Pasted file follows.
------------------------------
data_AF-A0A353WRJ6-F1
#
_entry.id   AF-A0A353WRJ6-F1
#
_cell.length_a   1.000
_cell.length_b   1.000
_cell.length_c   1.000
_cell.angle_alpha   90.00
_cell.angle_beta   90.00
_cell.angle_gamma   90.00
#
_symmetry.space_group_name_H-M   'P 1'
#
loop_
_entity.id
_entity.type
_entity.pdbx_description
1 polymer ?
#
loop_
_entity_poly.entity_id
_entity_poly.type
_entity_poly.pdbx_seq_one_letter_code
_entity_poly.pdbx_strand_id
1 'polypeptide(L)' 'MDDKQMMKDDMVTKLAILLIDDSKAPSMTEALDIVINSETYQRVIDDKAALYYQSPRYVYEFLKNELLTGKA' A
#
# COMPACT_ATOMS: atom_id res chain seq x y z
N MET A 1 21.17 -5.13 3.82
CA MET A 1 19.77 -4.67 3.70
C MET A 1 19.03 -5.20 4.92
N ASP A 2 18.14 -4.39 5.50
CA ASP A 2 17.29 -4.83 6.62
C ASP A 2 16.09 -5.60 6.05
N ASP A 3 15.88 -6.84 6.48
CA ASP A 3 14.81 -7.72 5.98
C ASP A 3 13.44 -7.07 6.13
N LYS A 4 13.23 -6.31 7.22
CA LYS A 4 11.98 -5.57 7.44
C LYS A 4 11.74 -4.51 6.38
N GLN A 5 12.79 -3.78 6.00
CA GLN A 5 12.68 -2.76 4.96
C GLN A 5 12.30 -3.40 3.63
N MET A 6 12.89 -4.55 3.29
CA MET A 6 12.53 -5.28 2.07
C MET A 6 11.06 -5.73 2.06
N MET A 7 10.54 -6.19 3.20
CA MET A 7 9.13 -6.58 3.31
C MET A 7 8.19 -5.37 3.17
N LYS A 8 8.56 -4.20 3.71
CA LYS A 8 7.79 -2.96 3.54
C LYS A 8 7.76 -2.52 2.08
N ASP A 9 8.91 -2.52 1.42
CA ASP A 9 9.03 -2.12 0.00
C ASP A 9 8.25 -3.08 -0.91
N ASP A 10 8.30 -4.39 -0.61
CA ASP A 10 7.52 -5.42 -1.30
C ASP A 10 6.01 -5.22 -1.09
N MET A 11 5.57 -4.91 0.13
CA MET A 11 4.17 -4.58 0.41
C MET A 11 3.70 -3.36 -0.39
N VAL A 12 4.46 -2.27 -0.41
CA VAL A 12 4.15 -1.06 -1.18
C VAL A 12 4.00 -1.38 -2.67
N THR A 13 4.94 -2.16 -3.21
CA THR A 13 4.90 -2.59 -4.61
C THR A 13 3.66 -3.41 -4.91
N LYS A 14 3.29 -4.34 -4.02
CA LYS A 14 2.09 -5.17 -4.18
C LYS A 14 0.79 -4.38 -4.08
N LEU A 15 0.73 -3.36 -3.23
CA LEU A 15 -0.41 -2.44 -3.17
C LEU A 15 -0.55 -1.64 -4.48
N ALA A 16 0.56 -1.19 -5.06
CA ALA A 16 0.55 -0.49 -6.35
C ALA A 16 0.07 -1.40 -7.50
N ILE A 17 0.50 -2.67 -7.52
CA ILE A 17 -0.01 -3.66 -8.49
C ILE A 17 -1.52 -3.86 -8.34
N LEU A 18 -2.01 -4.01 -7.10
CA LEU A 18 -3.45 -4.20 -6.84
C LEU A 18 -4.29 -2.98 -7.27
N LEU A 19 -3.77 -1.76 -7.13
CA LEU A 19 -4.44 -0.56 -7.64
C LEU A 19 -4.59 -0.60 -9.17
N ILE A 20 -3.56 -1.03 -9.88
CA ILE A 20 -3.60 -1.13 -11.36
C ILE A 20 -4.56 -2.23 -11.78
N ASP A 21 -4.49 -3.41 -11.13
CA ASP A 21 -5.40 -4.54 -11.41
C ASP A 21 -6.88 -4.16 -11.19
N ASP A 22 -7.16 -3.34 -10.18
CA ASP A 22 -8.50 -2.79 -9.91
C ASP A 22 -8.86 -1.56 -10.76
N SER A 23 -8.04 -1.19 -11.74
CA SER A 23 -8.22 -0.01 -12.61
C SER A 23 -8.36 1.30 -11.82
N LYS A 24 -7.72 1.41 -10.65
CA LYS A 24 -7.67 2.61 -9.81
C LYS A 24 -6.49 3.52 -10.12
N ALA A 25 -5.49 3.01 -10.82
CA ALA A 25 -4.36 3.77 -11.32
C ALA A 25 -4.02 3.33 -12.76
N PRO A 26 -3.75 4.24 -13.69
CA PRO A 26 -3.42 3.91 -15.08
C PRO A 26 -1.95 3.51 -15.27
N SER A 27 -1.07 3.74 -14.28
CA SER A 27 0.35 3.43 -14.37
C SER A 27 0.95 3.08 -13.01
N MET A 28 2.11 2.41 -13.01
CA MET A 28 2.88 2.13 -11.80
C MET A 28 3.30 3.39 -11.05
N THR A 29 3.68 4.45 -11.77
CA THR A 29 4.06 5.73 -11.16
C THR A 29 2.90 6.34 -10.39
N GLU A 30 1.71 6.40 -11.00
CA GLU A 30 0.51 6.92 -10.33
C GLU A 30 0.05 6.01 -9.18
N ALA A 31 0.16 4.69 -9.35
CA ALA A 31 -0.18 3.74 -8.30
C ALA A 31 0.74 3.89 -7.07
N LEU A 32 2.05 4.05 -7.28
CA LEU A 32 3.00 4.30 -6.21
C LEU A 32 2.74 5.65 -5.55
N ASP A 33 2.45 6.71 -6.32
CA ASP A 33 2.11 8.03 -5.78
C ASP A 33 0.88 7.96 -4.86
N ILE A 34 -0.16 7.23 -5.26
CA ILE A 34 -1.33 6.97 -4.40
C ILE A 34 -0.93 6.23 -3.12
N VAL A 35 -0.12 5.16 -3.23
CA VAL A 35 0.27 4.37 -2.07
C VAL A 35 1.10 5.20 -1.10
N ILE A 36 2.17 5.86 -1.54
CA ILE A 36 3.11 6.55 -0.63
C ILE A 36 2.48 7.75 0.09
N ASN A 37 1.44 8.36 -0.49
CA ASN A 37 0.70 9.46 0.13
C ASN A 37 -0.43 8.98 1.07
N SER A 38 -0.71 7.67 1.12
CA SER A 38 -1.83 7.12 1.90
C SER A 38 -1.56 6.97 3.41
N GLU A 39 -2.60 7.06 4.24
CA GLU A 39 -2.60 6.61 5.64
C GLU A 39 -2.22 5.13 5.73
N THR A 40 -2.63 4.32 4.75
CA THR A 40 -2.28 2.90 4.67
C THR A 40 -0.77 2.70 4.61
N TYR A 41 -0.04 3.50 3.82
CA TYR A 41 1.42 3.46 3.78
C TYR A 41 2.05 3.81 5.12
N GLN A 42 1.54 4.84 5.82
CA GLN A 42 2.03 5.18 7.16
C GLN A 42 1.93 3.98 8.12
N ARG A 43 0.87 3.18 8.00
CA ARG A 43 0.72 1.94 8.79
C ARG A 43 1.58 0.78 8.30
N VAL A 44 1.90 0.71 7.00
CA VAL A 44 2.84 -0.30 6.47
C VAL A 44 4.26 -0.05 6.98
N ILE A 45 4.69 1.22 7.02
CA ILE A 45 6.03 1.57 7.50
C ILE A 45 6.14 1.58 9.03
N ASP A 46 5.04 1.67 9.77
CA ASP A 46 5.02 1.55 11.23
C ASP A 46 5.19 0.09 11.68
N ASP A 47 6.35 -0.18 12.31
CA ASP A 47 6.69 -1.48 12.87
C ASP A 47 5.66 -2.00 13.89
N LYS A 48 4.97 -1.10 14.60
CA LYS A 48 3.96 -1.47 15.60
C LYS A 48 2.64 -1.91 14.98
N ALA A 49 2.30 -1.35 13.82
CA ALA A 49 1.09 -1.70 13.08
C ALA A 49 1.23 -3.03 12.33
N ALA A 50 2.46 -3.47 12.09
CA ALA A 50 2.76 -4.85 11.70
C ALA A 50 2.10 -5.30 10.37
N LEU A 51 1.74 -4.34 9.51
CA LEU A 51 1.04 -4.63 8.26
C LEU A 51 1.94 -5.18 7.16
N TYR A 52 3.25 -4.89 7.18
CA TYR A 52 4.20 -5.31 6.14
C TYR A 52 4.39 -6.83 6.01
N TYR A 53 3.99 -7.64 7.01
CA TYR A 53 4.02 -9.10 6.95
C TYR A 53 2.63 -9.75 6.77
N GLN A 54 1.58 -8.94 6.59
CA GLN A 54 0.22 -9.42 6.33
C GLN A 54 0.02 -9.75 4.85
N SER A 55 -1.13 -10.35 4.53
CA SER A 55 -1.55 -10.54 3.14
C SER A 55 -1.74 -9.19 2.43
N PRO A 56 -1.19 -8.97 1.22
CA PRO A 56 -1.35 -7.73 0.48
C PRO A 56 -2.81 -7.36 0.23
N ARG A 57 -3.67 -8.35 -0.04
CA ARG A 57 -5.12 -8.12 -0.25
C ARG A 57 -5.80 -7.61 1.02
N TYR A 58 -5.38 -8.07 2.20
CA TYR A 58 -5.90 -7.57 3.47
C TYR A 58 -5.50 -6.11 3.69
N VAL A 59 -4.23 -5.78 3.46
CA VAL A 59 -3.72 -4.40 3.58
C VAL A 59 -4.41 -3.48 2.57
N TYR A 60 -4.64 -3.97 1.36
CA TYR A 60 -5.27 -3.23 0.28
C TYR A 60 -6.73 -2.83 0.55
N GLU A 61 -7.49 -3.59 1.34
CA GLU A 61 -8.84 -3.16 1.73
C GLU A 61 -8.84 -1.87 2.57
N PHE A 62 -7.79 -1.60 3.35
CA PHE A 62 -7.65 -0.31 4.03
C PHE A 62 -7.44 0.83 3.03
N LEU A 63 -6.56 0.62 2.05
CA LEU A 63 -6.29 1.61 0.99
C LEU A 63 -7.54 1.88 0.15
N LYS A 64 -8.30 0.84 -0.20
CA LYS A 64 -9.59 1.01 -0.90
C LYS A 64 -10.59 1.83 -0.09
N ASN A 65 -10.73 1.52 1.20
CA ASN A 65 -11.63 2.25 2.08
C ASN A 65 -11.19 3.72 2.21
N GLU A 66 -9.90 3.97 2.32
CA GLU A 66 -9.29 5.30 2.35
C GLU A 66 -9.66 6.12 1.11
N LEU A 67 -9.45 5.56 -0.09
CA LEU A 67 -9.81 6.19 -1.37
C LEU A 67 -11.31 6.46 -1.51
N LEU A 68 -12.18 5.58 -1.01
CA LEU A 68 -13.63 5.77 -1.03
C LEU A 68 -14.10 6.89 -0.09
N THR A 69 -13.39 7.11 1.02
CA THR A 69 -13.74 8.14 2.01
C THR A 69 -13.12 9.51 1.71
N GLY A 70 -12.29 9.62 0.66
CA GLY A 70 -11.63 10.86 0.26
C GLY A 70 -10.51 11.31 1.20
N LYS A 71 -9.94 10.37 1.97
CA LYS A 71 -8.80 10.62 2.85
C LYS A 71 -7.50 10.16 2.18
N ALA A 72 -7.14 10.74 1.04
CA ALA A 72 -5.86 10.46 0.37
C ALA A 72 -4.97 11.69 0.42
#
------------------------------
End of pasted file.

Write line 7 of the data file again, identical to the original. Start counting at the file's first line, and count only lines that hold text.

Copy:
_cell.length_c   1.000